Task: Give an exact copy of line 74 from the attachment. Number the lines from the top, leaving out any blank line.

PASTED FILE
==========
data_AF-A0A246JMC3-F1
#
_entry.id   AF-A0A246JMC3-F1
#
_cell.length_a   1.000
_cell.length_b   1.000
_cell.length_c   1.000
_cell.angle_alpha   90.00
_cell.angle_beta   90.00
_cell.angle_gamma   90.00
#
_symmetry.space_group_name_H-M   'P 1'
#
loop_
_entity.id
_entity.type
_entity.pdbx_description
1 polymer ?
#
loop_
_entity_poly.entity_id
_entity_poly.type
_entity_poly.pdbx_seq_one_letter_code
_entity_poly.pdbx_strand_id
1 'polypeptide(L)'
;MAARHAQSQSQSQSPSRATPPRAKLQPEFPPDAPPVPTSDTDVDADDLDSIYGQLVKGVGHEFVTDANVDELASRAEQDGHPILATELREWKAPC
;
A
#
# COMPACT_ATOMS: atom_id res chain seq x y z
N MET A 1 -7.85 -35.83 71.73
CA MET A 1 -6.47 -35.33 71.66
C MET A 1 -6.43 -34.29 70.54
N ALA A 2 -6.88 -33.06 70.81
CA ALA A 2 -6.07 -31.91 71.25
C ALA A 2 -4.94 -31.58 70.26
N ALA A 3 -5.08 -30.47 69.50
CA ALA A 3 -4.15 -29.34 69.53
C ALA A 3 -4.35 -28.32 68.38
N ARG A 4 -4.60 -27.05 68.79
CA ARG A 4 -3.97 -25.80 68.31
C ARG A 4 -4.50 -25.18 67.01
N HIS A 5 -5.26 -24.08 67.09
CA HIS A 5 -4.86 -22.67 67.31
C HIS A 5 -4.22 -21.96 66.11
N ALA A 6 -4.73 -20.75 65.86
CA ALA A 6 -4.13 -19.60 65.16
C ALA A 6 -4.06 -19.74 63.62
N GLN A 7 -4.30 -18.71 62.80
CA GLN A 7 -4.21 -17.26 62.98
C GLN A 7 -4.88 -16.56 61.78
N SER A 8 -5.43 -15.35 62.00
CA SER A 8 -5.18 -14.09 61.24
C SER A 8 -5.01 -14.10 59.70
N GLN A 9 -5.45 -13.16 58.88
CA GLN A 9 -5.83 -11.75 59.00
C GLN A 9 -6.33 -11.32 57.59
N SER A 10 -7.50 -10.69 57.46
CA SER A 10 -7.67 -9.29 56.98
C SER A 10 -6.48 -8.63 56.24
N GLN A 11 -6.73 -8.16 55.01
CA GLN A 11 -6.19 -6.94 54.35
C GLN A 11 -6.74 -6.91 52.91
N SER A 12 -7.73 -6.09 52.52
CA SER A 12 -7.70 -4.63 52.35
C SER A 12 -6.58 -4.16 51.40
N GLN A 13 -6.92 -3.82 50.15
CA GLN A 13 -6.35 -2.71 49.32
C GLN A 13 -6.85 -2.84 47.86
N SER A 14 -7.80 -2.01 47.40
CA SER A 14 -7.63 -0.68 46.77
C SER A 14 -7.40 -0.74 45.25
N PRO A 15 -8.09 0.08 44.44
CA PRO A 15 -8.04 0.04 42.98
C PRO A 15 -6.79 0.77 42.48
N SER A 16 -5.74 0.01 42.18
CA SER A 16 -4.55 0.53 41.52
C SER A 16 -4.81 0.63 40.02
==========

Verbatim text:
CA PRO A 15 -8.04 0.04 42.98